Putting Story Structure to Work
Now, all this about movies has been a diverting interlude (at least I hope it has), but what does it have to do with the classroom? My intention here is not to suggest that you simply tell stories, although there's nothing wrong with doing so. Rather, I'm suggesting something one step removed from that. Structure your lessons the way stories are structured, using the four Cs: causality, conflict, complications, and character. This doesn't mean you must do most of the talking. Small group work or projects or any other method may be used. The story structure applies to the way you organize the material that you encourage your students to think about, not to the methods you use to teach the material.
In some cases, the way to structure a lesson plan as a story is rather obvious. For example, history can be viewed as a set of stories. Events are caused by other events; there is often conflict involved; and so on. Still, thinking carefully about the four Cs as you consider a lesson plan can be helpful. It might encourage you to think about a different perspective from which to tell the story. For example, suppose you are planning a lesson on Pearl Harbor. You might first think of the organization shown in Figure 10. It's chronological and it makes the United States the main character—that is, events are taken from the U.S. point of view. Your goal is to get students to think about three points: U.S. isolationism before Pearl Harbor, the attack, and the subsequent "Germany first" decision and the putting of the United States on a war footing.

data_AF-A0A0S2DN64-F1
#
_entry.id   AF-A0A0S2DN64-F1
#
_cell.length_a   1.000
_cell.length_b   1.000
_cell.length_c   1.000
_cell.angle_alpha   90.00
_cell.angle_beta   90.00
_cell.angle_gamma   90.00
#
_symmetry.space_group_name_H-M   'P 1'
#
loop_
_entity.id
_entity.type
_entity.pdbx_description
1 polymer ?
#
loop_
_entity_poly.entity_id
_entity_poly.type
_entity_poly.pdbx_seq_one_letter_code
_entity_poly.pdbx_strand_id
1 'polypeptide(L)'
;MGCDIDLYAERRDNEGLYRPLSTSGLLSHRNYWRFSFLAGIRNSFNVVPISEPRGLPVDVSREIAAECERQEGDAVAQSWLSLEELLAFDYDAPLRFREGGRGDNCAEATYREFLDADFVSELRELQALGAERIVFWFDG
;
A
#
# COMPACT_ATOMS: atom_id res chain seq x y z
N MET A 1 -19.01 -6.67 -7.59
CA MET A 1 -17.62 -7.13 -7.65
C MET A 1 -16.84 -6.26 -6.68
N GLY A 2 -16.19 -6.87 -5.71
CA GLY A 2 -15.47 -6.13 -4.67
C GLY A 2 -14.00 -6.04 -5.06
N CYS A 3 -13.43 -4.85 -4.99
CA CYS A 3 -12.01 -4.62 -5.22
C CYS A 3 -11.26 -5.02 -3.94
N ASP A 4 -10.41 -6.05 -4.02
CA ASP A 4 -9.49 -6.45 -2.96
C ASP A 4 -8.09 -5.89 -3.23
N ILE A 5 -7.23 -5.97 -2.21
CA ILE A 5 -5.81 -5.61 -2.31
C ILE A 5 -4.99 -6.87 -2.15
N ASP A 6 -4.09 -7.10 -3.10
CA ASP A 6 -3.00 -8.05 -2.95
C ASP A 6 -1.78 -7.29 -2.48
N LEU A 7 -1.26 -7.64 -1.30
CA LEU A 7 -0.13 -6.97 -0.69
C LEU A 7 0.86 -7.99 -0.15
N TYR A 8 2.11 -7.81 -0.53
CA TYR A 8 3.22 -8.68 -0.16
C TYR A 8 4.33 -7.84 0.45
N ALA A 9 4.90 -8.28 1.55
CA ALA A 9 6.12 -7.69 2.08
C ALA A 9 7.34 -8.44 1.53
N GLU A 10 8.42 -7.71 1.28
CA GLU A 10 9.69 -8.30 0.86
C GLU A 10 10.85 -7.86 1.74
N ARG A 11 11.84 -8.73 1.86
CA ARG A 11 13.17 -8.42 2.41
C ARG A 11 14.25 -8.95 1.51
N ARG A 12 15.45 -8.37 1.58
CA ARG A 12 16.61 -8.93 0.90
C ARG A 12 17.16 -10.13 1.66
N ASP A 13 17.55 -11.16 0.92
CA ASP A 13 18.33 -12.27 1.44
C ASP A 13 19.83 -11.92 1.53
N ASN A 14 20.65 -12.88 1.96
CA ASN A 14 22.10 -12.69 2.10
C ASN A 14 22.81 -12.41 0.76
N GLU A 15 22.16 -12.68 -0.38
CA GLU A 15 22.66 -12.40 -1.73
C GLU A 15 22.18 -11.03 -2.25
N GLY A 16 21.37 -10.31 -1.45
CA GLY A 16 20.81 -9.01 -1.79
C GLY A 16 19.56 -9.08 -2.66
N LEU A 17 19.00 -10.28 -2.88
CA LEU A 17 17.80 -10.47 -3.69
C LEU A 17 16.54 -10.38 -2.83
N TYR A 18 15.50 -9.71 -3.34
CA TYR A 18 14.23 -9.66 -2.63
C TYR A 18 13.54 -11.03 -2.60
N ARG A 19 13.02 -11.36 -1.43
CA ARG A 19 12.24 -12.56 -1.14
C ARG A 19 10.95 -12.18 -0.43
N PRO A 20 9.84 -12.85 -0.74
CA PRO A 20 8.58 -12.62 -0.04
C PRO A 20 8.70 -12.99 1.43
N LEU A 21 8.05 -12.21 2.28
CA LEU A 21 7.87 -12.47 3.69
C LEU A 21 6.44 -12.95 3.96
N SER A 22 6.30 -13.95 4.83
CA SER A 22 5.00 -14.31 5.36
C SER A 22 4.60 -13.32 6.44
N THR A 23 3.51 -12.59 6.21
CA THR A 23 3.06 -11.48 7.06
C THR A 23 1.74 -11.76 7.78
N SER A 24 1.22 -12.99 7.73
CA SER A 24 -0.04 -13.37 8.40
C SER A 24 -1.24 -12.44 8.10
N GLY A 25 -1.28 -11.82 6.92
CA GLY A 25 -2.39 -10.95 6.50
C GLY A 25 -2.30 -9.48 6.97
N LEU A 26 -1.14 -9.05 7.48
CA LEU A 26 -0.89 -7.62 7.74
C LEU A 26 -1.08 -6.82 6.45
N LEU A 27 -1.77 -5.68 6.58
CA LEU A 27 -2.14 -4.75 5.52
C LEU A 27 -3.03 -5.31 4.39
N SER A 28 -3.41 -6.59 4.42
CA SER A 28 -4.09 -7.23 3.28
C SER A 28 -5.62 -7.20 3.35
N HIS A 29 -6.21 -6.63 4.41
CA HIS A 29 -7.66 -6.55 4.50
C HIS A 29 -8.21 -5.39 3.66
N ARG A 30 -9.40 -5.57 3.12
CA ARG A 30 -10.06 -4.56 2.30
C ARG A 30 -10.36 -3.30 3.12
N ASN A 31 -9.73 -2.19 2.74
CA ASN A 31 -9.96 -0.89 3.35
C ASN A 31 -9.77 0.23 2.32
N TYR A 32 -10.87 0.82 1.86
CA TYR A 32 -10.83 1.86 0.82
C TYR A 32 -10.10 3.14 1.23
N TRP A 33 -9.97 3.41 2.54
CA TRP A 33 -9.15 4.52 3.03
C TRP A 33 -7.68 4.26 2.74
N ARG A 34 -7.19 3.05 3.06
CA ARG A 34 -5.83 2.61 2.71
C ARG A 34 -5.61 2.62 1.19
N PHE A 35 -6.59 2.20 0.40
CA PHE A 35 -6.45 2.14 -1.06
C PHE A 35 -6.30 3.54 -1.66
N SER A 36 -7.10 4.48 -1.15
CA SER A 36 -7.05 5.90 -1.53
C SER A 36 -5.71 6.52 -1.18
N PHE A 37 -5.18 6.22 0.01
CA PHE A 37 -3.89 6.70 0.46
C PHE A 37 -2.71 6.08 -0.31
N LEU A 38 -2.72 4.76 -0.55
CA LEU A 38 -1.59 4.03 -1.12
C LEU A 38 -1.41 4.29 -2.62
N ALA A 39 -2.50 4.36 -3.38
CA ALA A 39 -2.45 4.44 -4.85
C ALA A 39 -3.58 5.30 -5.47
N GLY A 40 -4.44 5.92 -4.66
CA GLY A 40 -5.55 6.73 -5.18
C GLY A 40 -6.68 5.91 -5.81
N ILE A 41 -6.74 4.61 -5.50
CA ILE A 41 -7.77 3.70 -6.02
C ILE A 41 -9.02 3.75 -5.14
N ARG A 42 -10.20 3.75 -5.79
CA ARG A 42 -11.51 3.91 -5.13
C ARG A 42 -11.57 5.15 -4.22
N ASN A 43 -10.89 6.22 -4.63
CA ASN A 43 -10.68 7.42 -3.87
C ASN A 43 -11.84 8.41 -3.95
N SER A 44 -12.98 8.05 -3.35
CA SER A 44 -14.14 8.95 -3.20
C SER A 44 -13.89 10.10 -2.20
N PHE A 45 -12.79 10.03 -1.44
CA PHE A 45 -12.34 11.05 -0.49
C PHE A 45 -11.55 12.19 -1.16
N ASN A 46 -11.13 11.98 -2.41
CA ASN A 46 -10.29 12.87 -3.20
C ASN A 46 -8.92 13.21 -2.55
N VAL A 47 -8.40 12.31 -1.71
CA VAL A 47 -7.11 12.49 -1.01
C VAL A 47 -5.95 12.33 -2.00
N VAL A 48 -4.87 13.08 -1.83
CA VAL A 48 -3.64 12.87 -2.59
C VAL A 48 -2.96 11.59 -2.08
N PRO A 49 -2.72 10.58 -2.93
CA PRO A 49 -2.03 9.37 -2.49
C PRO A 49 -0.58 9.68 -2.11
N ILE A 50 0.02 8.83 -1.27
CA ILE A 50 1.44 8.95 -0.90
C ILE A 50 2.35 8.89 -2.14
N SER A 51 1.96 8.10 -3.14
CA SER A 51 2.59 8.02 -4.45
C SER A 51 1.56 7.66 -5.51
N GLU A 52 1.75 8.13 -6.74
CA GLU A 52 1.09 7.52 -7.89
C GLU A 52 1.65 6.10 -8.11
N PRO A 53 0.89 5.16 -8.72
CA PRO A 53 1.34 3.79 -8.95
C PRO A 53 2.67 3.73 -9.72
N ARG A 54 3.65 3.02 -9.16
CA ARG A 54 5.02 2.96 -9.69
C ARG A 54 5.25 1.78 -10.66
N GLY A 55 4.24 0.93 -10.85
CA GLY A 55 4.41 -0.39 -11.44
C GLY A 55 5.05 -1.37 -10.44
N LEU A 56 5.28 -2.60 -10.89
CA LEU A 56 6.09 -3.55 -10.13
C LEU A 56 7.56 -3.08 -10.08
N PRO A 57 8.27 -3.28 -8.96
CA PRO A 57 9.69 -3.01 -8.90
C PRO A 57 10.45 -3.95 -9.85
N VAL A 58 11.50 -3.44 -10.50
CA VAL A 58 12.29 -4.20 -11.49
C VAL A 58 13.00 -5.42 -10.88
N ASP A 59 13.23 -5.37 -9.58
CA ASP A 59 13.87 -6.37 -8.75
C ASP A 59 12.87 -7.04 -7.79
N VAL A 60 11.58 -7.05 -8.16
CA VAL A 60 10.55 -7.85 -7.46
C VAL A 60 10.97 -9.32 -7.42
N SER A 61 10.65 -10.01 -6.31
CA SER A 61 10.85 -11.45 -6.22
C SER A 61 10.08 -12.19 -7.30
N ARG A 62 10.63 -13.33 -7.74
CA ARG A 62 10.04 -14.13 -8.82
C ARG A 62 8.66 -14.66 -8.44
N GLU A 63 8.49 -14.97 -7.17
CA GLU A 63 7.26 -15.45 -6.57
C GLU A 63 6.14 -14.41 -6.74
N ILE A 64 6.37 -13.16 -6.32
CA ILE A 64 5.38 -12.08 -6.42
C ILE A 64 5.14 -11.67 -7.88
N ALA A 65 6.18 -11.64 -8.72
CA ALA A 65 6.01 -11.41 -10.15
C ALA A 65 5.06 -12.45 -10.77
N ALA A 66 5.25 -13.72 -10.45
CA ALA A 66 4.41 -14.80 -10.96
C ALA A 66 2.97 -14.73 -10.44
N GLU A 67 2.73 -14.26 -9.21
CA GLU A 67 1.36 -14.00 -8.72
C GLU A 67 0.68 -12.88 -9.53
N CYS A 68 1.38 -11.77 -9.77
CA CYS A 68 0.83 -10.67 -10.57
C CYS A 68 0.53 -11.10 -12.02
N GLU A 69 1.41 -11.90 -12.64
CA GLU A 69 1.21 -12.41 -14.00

Suppose, however, you thought of the four Cs when you were telling this story. From that perspective, the United States is not the strong character. Japan is, because she had the goal that propelled events forward—regional domination—and she had significant obstacles to this goal—she lacked natural resources and she was embroiled in a protracted war with China. This situation set up a subgoal: to sweep up the European colonies in the South Pacific. Meeting that goal would raise Japan's standing as a world power and help her obtain crucial raw materials for finishing the war with China. But that subgoal brought with it another complication. The United States was the other major naval power in the Pacific. How was Japan to deal with that problem? Rather than plundering the European colonies and daring the United States to intervene across five thousand miles of ocean (which the United States probably would not have done), Japan chose to try to eliminate the threat in one surprise attack. If one seeks to organize a lesson plan as a story, the one in Figure 10 is less compelling than the one in Figure 11.
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